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AeroHudson

Electric Acoustic or Acoustic??

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ahh, a cedar top. those have a very distinctly different flavor to my ear.

good to hear that you were able to sample a number of guitars and found that one spoke to you.

now tell us about the "feel"

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AeroHudson    0

The feel, from a beginner's perspective was great. Very easy to get solid chords with minimal pressure. Much different than the old stratocaster that I am learning on right now. Without getting into too much detail it just felt..."right".

I am saving up right now and plan on visiting the store again today with a friend. I should have enough greenbacks saved up here in a couple of weeks for a guitar and a hard case. It will be hell waiting for 3 to 4 weeks but oh well...that's how it goes.

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AeroHudson    0

I've been doing some additional research on cedar topped guitars. I have some additional questions...

- This model does not have a pick guard. Is this a bad thing and if so should I / can I get one installed on the guitar without damaging the sound or structure of it?

- I have read that cedar topped guitars can make picking somewhat "muddy". In other words, these kind of guitars resonate longer and as a result sounds tend to blend together which can be a drawback depending on the type of playing someone partakes in. Any thoughts on this?

- Are cedar top guitars good for beginners based on the items above or any other experience folks have had.

Man, picking out the right guitar is turning into a complex process. ;)

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Dewy    0

Nope, trust your instincts and its easy.

The Cedar has a distinctive tone, not better or worse, just different.

Pickguards are optional in my opinion, unless you choose brass picks. :yes:

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personally i would get a pickguard for a cedar topped guitar because i strum a lot and cedar is a bit softer than spruce.

i don't believe it will affect the sound much if at all.

i don't agree that finger picking a cedar top results in a muddier tone, in my experiance it's tended to be the opposite, maybe a slightly richer lower end but not muddy imo.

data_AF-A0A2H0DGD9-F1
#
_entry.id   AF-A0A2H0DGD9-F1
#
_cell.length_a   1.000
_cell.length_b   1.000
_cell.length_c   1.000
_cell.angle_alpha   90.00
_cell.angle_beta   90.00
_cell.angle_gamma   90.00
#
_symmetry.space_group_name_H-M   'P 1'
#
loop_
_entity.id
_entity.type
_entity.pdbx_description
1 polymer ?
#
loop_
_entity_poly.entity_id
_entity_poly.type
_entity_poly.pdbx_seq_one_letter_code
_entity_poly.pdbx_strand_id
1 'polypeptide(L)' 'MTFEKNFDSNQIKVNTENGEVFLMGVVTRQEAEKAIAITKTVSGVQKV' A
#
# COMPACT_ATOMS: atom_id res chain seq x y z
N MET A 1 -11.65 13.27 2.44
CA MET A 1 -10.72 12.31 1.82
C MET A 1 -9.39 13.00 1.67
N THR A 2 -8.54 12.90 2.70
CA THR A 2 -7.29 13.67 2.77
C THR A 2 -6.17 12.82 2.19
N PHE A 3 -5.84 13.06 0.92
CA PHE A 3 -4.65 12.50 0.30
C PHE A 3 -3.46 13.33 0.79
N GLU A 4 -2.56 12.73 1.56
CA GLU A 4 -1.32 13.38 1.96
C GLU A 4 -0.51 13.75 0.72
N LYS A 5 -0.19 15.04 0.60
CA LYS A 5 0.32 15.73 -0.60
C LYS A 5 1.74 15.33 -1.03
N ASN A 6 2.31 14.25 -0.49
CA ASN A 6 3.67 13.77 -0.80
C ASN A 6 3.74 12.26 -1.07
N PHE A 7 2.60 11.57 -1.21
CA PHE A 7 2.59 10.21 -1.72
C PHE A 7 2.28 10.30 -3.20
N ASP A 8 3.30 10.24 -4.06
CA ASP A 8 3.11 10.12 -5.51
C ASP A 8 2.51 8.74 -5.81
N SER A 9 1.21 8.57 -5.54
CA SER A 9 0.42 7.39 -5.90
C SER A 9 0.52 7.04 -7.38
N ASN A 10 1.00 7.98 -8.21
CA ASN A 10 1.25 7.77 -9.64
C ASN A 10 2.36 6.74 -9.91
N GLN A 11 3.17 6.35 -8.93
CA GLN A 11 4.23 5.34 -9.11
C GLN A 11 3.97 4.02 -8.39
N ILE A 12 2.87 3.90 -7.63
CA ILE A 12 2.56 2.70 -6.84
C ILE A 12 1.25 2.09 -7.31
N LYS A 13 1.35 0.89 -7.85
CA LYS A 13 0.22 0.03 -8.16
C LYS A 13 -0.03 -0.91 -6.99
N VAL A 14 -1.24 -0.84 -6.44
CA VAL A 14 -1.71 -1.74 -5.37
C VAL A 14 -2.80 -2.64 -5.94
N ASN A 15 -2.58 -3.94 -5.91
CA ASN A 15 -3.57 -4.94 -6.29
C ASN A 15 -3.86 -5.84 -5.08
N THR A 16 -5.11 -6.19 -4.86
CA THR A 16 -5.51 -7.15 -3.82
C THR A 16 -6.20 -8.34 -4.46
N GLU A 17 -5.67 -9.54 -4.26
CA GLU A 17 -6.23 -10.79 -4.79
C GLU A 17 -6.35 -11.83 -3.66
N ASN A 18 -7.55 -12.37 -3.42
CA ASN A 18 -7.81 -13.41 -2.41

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AeroHudson    0

Thanks again guys! I am assuming that guitar center can install a pick guard when I buy a guitar, correct?

It's good to know that although a cedar top has a distinctive tone that it does not impact the clarity of the distinct notes being played. Being a newb and only being able to strum a few distinct chords it was hard fro me to tell if sounds were running into each other.

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allthumbs    8

You might want to consider putting that axe on layaway. There is no guarantee that the that guitar won't get sold out from under you. There can be a huge variation of quality in the same brand of guitar. There is no guarantee that the next one they get in will be as good as the one you tried.

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D-Dawn    0

X2 AT- I have bought a few that were "right out of the box" don't make that mistake! Buy the one you play...you could have 100 of the same model and they'd all sound different.

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AeroHudson    0

Good suggestion on play the one I buy! I will absolutely do that when I am ready to make the purchase. On a side note I am very glad that I waited to buy and have not made an "impulse" purchase. As a result I have learned so much about what the guitar selection process should look like and that you have to be careful and select the guitar that is right for you.